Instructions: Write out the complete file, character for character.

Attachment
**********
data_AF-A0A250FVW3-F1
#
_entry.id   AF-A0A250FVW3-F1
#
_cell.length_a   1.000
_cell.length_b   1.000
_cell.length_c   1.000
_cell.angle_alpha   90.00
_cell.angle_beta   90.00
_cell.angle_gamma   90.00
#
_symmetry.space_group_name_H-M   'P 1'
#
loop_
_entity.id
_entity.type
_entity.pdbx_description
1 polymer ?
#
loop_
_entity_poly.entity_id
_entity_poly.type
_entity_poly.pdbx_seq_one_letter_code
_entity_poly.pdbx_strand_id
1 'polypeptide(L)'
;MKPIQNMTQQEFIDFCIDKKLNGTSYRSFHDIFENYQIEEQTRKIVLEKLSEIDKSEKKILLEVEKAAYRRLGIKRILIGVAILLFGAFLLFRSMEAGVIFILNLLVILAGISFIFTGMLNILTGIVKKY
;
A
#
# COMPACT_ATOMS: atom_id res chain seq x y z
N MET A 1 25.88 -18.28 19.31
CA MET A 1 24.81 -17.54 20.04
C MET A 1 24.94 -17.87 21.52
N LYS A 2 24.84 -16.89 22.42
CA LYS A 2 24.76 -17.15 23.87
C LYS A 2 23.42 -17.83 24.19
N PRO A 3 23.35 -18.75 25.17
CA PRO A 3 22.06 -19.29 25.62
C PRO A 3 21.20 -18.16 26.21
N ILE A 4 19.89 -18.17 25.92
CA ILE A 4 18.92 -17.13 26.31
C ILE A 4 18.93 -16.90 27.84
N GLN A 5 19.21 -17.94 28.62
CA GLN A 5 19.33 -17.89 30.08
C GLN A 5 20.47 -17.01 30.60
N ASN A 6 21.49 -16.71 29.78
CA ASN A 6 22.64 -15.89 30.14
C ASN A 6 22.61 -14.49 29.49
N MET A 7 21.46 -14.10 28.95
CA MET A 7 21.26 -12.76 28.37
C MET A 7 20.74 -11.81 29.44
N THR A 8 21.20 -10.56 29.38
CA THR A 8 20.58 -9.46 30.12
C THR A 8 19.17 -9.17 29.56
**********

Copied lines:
data_AF-A0A250FVW3-F1
#
_entry.id   AF-A0A250FVW3-F1
#
_cell.length_a   1.000
_cell.length_b   1.000
_cell.length_c   1.000
_cell.angle_alpha   90.00
_cell.angle_beta   90.00
_cell.angle_gamma   90.00
#
_symmetry.space_group_name_H-M   'P 1'
#
loop_
_entity.id
_entity.type
_entity.pdbx_description
1 polymer ?
#
loop_
_entity_poly.entity_id
_entity_poly.type
_entity_poly.pdbx_seq_one_letter_code
_entity_poly.pdbx_strand_id
1 'polypeptide(L)'
;MKPIQNMTQQEFIDFCIDKKLNGTSYRSFHDIFENYQIEEQTRKIVLEKLSEIDKSEKKILLEVEKAAYRRLGIKRILIGVAILLFGAFLLFRSMEAGVIFILNLLVILAGISFIFTGMLNILTGIVKKY
;
A
#
# COMPACT_ATOMS: atom_id res chain seq x y z
N MET A 1 25.88 -18.28 19.31
CA MET A 1 24.81 -17.54 20.04
C MET A 1 24.94 -17.87 21.52
N LYS A 2 24.84 -16.89 22.42
CA LYS A 2 24.76 -17.15 23.87
C LYS A 2 23.42 -17.83 24.19
N PRO A 3 23.35 -18.75 25.17
CA PRO A 3 22.06 -19.29 25.62
C PRO A 3 21.20 -18.16 26.21
N ILE A 4 19.89 -18.17 25.92
CA ILE A 4 18.92 -17.13 26.31
C ILE A 4 18.93 -16.90 27.84
N GLN A 5 19.21 -17.94 28.62
CA GLN A 5 19.33 -17.89 30.08
C GLN A 5 20.47 -17.01 30.60
N ASN A 6 21.49 -16.71 29.78
CA ASN A 6 22.64 -15.89 30.14
C ASN A 6 22.61 -14.49 29.49
N MET A 7 21.46 -14.10 28.95
CA MET A 7 21.26 -12.76 28.37
C MET A 7 20.74 -11.81 29.44
N THR A 8 21.20 -10.56 29.38
CA THR A 8 20.58 -9.46 30.12
C THR A 8 19.17 -9.17 29.56